Flying the Flag for Biodiversity

Saguaro National Park, Arizona–Jamie Trevillyan is the Arts Coordinator for Saguaro National Park. A community project she worked on for the 2011 BioBlitz in the park — hosted this weekend by National Geographic and the National Park Service — was aimed at both young and retired people. Some 200 groups (local schools and retirement centers) representing both ends of the age spectrum were invited to make flags with biodiversity as the theme. At least 75 were returned — and the results fly proudly above the crowds at the park this weekend.

Young and old were sent a blank flag to personalize any way that they could imagine. They were told only that the flag should feature a plant, animal, or landscape native to Tucson or the Sonoran Desert, in English, Spanish, Tohono O’odham as well as the scientific names of plants and animals.

“They’re really incredible,” Trevillyan told me in the video interview above. But it was so hard to choose which were special, because they were all special in their own way, she said.

Photo by David Braun/National Geographic News

The groups invited to make the flags were also invited to participate in the BioBlitz, which is a 24-hour inventory of all living things in Saguaro National Park. More than 2,000 students and 150 scientists are helping to collect specimens of animals and plants.

The flag project is only the latest way the citizens of Tucson have expressed their appreciation of their National Park, according to Trevillyan. The wilderness has inspired poetry and other forms of art.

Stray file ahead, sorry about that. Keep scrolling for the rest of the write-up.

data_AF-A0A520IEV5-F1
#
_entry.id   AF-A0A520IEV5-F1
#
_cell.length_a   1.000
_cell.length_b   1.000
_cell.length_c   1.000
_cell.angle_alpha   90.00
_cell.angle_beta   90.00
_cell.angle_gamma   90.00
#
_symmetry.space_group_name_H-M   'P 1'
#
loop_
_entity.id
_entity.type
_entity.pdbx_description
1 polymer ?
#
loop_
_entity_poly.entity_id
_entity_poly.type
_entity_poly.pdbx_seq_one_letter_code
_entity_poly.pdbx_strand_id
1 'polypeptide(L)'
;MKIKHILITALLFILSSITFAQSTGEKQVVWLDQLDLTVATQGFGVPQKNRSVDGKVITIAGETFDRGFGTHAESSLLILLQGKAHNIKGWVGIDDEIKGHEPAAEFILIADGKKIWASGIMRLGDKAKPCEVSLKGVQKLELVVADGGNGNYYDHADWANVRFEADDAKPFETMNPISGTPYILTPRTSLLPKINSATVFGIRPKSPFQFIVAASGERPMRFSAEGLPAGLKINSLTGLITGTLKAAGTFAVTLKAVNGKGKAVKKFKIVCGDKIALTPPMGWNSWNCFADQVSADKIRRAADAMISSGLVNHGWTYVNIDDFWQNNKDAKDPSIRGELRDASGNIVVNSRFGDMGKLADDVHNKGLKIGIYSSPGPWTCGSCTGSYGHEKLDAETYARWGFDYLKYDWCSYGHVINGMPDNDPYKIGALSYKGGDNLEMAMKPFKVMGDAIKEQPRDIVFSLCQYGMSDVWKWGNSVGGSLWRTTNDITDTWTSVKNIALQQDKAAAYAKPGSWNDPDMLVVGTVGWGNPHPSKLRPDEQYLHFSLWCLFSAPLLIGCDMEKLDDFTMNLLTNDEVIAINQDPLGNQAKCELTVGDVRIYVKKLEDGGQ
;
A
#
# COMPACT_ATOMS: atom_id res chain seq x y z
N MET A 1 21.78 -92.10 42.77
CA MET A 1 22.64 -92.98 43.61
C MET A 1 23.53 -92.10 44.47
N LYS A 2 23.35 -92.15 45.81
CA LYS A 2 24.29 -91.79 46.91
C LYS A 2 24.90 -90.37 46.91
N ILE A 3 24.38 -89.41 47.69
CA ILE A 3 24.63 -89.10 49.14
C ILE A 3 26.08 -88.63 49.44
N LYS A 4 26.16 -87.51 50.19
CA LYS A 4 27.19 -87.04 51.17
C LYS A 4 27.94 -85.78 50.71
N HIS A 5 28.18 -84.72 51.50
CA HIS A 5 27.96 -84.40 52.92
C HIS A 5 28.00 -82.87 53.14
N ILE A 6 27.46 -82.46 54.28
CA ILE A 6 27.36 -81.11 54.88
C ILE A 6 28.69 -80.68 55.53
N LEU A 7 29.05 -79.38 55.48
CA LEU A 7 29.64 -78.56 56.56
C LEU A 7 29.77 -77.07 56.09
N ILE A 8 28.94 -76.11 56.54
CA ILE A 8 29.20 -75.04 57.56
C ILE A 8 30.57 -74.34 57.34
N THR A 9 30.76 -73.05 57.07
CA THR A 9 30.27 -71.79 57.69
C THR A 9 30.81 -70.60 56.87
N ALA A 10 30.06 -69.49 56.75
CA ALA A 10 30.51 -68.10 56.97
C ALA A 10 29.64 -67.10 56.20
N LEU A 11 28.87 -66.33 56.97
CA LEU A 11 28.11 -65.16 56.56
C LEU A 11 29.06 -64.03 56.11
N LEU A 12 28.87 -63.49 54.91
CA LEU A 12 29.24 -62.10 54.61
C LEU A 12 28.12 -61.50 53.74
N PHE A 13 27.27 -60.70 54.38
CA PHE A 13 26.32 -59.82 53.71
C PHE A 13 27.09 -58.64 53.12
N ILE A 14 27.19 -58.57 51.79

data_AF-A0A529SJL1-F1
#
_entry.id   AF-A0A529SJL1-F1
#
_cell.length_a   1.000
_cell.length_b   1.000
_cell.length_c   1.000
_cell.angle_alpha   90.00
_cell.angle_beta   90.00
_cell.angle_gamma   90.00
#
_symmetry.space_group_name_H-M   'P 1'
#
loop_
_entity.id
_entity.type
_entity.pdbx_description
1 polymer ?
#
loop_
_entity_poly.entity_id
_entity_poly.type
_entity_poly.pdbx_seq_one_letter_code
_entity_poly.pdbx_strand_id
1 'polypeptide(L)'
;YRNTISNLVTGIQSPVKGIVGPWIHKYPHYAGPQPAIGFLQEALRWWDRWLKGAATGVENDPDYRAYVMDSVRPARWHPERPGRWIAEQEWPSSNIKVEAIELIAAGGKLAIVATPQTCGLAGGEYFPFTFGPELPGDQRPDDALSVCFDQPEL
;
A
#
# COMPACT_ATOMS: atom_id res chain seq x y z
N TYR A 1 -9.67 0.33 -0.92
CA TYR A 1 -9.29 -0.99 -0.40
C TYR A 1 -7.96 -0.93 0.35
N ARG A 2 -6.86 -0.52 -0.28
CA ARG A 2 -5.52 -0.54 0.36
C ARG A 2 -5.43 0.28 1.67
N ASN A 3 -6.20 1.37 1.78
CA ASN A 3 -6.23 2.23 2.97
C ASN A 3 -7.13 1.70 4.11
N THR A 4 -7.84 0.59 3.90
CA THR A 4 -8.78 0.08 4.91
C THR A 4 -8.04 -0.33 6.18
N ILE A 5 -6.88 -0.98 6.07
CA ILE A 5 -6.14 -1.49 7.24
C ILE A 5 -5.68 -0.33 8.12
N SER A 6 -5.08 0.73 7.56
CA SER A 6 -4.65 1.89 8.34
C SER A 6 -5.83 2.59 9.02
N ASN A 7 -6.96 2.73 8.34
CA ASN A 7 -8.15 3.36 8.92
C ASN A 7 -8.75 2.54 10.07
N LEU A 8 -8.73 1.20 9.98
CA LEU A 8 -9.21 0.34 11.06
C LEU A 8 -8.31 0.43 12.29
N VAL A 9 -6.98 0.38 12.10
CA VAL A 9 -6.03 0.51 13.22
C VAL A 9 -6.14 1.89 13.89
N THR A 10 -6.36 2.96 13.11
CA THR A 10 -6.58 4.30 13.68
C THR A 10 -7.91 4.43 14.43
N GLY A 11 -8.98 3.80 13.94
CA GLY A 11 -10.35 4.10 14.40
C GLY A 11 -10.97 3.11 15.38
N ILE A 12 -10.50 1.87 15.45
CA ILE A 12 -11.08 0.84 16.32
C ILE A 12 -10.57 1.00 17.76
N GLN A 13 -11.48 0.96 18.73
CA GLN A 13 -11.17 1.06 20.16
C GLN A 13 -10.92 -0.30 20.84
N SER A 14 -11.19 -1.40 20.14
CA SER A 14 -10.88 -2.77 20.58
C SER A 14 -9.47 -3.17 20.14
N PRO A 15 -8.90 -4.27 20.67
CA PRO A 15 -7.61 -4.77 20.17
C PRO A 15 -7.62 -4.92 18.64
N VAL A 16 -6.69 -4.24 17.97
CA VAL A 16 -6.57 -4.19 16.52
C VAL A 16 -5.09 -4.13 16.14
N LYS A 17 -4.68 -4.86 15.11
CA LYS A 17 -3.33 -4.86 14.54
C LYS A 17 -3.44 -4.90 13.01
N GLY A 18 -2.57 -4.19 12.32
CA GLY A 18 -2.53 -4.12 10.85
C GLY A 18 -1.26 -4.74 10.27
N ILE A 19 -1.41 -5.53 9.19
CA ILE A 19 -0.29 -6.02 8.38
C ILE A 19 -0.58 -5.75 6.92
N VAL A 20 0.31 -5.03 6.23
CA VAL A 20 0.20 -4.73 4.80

Photo by David Braun/National Geographic News

12418031_10153900711084116_8462971761216697621_nDavid Braun is director of outreach with the digital and social media team illuminating the National Geographic Society’s explorer, science, and education programs.

He edits National Geographic Voices, hosting a global discussion on issues resonating with the Society’s mission and major initiatives. Contributors include grantees and Society partners, as well as universities, foundations, interest groups, and individuals dedicated to a sustainable world. More than 50,000 readers have participated in 10,000 conversations.

Braun also directs the Society side of the Fulbright-National Geographic Digital Storytelling Fellowship

Follow David on Facebook  Twitter  LinkedIn

Human Journey

Meet the Author
More than forty years in U.S., UK, and South African media gives David Max Braun global perspective and experience across multiple storytelling platforms. His coverage of science, nature, politics, and technology has been published/broadcast by the BBC, CNN, NPR, AP, UPI, National Geographic, TechWeb, De Telegraaf, Travel World, and Argus South African Newspapers. He has published two books and won several journalism awards. In his 22-year career at National Geographic he was VP and editor in chief of National Geographic Digital Media, and the founding editor of the National Geographic Society blog, hosting a global discussion on issues resonating with the Society's mission and initiatives. He also directed the Society side of the Fulbright-National Geographic Digital Storytelling Fellowship, awarded to Americans seeking the opportunity to spend nine months abroad, engaging local communities and sharing stories from the field with a global audience. A regular expert on National Geographic Expeditions, David also lectures on storytelling for impact. He has 120,000 followers on social media: Facebook  Twitter  LinkedIn